No, Iran didn't really hack and down a foreign military spy drone

Filed Under: Featured, Vulnerability

A report by the Islamic Republic News Agency this weekend raised eyebrows, as it appeared to claim that Iranˈs Revolutionary Guard Corps had managed to hack and down a foreign spy drone.

Iranian news story

"A foreign spy drone was hacked outside the field of Payambar-e Azam 8 wargames on Saturday," reporters were told.

The official FARS news agency told a similar story, adding that the revolutionary guard were in possession of pictures taken by the drone and hoped to release them to the world's media.

FARS story

IRGC Hunts Alien UAV over Wargame Zone
TEHRAN (FNA)- The Islamic Revolution Guards Corps announced that it has hunted an alien Unmanned Aerial Vehicle (UAV) after the drone neared the IRGC's current wargames zone in Southern Iran.

"On the first day of Payambar-e Azam 8 (The Great Prophet 8) wargames, the IRGC's electronic warfare systems detected signals showing that alien drones were trying to enter the country (airspace)," Spokesman of the Wargames General Hamid Sarkheili told reporters on Saturday evening.

"Then our experts could bring down an alien drone over the wargames zone," he added.

Sarkheili said the IRGC is now in possession of the pictures taken by the drone and will release them if Okayed by the country's senior commanders.

However, you shouldn't be too quick to take these headlines at face value.

Because, as a corrected Reuters report makes clear, the downed enemy spy drone was hypothetical - a real drone was not hacked and brought down by Iranian forces.

In short, it was all part of Iran's war games, and the media were mislead by the testosterone-fueled bravado of those taking part.

That's not to say, of course, that real drones cannot be hijacked by hackers.

Last year, researchers at the University of Texas at Austin hacked and hijacked a drone in front of a group of dismayed Department of Homeland Security officials who had dared them $1,000 to do it.

UAV image, courtesy of Shutterstock.

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11 Responses to No, Iran didn't really hack and down a foreign military spy drone

  1. Jeremy · 570 days ago

    Correction: You can never trust Iran and the media.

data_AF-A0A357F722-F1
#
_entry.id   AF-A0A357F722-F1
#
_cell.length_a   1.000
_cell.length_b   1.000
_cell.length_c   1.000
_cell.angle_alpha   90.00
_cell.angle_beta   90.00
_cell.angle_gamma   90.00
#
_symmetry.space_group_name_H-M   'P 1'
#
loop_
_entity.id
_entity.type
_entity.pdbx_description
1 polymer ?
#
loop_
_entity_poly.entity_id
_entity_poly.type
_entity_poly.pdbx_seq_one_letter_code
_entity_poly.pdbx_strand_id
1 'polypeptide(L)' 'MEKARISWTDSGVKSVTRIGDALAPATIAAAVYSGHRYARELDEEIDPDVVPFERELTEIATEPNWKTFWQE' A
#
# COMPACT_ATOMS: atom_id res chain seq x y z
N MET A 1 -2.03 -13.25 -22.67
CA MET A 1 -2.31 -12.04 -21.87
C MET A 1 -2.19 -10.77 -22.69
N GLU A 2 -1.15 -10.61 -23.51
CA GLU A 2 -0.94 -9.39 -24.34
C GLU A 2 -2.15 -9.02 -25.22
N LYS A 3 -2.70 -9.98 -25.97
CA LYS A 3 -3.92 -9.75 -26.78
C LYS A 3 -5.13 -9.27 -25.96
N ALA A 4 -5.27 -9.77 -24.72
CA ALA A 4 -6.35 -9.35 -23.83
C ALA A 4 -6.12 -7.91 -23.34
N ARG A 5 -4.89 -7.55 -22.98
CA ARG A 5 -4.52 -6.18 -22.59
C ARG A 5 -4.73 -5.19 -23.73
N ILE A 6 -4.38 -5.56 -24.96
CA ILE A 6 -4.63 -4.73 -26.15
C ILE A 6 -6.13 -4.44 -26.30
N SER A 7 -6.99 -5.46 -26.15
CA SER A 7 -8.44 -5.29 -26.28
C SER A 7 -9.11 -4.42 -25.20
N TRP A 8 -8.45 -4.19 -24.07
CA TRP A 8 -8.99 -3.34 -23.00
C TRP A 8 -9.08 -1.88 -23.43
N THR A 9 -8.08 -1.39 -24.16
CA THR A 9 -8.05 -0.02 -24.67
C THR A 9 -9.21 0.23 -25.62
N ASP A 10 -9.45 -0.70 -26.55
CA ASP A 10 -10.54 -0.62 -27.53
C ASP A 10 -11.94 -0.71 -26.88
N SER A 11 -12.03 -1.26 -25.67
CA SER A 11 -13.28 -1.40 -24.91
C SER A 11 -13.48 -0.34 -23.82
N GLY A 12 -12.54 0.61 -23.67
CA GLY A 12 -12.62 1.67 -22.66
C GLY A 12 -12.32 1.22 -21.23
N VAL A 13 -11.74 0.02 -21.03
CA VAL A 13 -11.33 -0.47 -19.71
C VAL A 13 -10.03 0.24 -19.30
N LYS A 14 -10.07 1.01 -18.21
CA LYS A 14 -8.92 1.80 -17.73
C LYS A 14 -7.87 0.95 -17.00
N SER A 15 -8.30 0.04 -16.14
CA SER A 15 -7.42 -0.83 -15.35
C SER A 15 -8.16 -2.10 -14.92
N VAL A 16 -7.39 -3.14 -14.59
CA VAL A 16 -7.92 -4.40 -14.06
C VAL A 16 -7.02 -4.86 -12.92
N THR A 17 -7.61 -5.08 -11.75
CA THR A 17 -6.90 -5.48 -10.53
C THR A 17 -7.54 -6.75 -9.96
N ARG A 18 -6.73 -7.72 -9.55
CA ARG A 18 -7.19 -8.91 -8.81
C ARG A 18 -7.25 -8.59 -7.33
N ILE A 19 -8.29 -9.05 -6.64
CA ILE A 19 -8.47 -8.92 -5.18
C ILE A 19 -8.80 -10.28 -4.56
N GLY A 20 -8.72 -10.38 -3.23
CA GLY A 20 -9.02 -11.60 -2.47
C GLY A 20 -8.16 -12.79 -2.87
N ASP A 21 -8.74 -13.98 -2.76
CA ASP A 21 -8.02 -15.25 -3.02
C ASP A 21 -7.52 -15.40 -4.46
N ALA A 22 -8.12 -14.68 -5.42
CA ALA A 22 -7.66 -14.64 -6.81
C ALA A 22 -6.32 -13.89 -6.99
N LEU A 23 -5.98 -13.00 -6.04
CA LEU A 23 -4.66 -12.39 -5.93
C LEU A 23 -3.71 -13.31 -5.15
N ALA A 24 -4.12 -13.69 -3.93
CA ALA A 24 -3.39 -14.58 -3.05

-Lied about their new fighter jet
    -Lied about them already being nuclear capable
    -Lied about how the sanctions weren't affecting them much earlier on
    -Lied about how they managed to down a drone

    • clasof56 · 569 days ago

      i agree, constant lies from iran. the next time you see them say they will meet for talks or allow reasonable access to their nuke deal, just wait a little while and they will not allow the access...just trying to gain time with their lies.

    • Arerifx · 569 days ago

      so what about US?There is no difference between US and Iran..Iran just do what they have to do to show their enemies what they capable of,don't put blame on one side only...

  2. Juergen · 570 days ago

    Mind you, Iran DID capture a US drone before, and so far there has been no explanation on how they did it... http://theaviationist.com/tag/beast-of-kandahar/

  3. Droning · 570 days ago

    I'm also not sure what would be the point of releasing to the public all the photos the drone took. That's what whoever sent the drone wanted, right?

  4. Randy · 570 days ago

    From another article:
    "University of Texas at Austin hacked and hijacked a drone in front of the dismayed Department of Homeland Security officials who had dared them $1,000 to do it."

    I would be watching for elevated levels of admissions of Iranian students at the University of Texas at Austin.

  5. rurban · 569 days ago

    Looks like this real drone, which was downed by Iran in Dec last year.
    http://www.csmonitor.com/World/Middle-East/2011/1...

  6. Chamal · 569 days ago

    after seeing all happened around us, i trust both parties can lie

  7. Nigel · 569 days ago

    "In short, it was all part of Iran's war games, and the media were mislead by the testosterone-fueled bravado of those taking part."

    I think you mean "misled", Graham. But I understand how easy it is to make such a typographical error without realizing it. We're bombarded daily with the misspelling of "led" (the past tense of the verb "to lead") as "lead" (atomic symbol Pb, atomic number 82).

    It's pandemic on the Intertubes. I'm not sure why. "Led" is a perfectly good word in every English-speaking country, and is unworthy of such neglect.

  8. NoSpin · 568 days ago

    Would be more believable if China made such claims.

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About the author

Graham Cluley runs his own award-winning computer security blog, and is a veteran of the anti-virus industry having worked for a number of security companies since the early 1990s. Now an independent security analyst, he regularly makes media appearances and gives computer security presentations. Send Graham an email, subscribe to his updates on Facebook, follow him on Twitter and App.net, and circle him on Google Plus for regular updates.